This means that you have to launch it on the market to as large a buyer pool as possible (listed on the mls nets you the largest possible exposure…baring the evening news!), making sure that plenty of buyers will come early on to see you house in person, AND that they know to watch the weekly price reductions (by signing up for your emails) so that when it’s a price they would pay, they make an offer ASAP, knowing that they may be competing with other buyers at that new price.

    You have very good online marketing and photos, and are offering to work with agents with buyers, so it’s just a matter of getting the widest exposure possible to find the buyer who will make the best offer.

    I think you are doing a very good job! I think the novelty of your idea, your pre-market preparation to get your property ready to compete on the market will get you some good results. However, I think that will while this will work for you, it’s probably due to the fact that you will have gotten much more exposure (as a novelty) than others who may do in the future.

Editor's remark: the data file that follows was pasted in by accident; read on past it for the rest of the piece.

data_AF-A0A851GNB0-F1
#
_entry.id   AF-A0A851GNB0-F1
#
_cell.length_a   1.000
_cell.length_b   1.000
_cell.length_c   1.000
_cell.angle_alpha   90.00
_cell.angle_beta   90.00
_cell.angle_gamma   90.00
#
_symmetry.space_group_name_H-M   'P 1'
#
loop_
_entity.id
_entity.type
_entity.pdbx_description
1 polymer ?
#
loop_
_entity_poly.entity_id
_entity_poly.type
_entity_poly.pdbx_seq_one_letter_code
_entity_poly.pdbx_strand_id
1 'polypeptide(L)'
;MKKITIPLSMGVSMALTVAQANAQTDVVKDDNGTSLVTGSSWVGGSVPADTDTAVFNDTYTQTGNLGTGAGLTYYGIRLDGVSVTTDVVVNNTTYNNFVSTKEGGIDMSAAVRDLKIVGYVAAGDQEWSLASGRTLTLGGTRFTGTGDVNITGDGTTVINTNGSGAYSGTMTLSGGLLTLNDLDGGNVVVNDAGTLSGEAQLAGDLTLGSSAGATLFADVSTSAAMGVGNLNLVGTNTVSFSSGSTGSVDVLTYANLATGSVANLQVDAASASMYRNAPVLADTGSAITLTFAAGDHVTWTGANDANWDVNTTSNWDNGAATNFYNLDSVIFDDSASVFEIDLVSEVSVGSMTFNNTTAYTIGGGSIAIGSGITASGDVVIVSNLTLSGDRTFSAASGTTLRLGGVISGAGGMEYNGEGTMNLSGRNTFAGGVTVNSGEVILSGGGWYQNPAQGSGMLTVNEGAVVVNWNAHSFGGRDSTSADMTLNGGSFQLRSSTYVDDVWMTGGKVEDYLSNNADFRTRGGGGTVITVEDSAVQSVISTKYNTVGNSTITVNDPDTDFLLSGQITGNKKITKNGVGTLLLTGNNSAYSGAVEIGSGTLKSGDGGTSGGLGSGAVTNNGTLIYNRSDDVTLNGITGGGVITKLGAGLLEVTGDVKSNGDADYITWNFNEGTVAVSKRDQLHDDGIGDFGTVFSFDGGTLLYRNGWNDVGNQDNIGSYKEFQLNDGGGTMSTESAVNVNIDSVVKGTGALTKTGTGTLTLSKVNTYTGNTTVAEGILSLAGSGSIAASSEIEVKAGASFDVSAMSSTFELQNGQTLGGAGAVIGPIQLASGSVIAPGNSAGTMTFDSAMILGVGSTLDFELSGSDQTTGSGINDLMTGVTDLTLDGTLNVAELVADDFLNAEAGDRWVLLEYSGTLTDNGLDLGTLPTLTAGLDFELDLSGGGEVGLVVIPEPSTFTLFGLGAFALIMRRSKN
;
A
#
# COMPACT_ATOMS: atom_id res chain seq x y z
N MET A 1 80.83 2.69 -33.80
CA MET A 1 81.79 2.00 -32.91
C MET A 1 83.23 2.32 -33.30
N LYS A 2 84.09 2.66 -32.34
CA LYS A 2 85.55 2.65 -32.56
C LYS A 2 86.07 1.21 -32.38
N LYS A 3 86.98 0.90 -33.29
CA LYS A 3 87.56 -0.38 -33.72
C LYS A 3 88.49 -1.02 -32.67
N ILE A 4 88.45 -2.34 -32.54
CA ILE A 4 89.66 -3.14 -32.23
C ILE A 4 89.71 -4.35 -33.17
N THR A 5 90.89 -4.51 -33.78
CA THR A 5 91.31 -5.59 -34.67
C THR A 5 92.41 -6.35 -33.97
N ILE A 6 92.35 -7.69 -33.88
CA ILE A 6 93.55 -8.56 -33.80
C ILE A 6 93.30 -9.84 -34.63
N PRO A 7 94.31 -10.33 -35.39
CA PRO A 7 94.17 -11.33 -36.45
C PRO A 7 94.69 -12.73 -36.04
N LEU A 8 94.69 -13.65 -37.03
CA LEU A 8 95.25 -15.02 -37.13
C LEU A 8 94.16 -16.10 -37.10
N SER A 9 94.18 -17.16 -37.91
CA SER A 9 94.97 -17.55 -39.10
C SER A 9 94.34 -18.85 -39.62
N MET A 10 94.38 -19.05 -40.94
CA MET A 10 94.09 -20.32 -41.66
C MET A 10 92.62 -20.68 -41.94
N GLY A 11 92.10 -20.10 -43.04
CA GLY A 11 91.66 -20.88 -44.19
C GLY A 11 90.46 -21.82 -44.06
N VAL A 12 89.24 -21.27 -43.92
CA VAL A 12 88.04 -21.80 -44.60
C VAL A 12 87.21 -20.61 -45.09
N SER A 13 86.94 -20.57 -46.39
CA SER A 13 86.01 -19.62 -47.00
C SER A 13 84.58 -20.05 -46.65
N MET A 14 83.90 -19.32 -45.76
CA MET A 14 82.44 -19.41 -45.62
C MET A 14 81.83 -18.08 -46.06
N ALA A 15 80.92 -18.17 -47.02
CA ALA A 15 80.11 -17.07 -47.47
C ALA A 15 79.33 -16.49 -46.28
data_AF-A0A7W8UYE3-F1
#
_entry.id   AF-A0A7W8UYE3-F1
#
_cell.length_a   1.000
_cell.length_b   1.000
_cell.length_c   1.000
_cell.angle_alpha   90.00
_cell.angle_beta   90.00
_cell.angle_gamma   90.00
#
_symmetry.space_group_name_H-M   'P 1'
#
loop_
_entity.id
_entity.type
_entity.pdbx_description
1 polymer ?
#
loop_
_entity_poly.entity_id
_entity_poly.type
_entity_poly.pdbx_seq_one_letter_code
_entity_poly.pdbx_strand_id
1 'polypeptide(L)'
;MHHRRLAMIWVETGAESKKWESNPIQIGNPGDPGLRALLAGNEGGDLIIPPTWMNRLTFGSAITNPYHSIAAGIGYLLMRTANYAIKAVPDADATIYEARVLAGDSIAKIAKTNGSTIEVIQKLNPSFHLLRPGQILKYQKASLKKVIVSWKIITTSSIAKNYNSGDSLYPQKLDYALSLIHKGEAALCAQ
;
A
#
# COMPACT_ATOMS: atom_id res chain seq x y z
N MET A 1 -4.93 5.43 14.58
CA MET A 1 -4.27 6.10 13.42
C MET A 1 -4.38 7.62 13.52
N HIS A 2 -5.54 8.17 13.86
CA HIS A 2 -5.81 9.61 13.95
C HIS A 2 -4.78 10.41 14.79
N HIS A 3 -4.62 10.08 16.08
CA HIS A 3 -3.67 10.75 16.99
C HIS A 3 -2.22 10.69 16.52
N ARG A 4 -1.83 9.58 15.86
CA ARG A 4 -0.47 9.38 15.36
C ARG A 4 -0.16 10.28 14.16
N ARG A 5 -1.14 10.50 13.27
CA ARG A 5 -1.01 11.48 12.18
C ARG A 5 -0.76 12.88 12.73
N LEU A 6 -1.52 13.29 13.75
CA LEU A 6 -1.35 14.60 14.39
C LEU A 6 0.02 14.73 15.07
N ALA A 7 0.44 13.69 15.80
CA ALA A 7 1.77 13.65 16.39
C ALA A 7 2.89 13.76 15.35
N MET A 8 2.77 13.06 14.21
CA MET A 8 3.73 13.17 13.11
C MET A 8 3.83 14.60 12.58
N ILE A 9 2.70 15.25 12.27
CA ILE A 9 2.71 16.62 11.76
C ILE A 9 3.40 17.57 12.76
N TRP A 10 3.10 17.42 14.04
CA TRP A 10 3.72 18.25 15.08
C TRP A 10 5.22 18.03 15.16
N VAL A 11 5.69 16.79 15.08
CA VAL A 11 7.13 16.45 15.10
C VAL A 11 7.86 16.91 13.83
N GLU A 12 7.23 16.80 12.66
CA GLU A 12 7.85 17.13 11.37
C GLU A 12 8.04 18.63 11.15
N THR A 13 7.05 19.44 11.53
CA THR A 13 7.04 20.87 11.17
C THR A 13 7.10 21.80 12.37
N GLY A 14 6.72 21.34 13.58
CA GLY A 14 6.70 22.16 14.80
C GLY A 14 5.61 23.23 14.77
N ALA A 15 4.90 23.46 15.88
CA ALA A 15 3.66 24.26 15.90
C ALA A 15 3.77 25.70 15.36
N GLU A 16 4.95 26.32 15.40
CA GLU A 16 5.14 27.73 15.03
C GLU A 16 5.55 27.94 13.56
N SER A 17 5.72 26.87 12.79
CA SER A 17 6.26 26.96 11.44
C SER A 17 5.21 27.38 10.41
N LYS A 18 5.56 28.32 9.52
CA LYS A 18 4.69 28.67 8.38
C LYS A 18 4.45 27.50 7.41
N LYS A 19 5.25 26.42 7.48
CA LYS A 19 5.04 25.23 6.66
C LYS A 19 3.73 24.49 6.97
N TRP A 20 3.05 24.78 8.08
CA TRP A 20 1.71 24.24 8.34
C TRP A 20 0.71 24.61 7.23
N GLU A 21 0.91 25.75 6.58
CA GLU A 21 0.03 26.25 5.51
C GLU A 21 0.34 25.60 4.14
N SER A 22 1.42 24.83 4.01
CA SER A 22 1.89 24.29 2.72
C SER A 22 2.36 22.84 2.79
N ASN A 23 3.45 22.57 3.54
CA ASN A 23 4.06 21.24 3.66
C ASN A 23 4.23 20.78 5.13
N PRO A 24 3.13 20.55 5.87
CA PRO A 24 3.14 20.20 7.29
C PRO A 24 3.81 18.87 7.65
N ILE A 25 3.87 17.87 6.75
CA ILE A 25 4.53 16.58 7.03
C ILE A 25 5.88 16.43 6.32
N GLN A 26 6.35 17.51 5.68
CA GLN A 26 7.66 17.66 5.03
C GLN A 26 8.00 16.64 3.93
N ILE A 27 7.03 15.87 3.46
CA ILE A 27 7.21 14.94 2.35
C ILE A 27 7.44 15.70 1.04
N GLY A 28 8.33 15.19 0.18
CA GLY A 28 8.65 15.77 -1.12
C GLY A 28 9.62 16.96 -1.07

The fact that you are willing to let the public know that you will be dropping the price by a regular amount, on a schedule is the KEY thing on top of having made sure the property looks appealing. Even though sellers and their agents do price reductions on listings, no agent (that I know of) has gotten their sellers to market that they will be reducing the listing price by a regular amount on a weekly schedule…that’s your innovative edge!

    Good luck and keep us posted!

  8. Zillow, in some area, is high. In others, low. In some, “spot on”. It is of value to identify those scenarios by comparing the comps to the Zillow value. Knowing which way Zillow is leaning in “this” neighborhood is of value.

    Say every home that sold, sold for 20% less than the Zestimate. When a seller puts “the Zillow Zesitmate” as the asking price, you will know it is likely too high and 10% under list price is not a “bargain” but paying too much.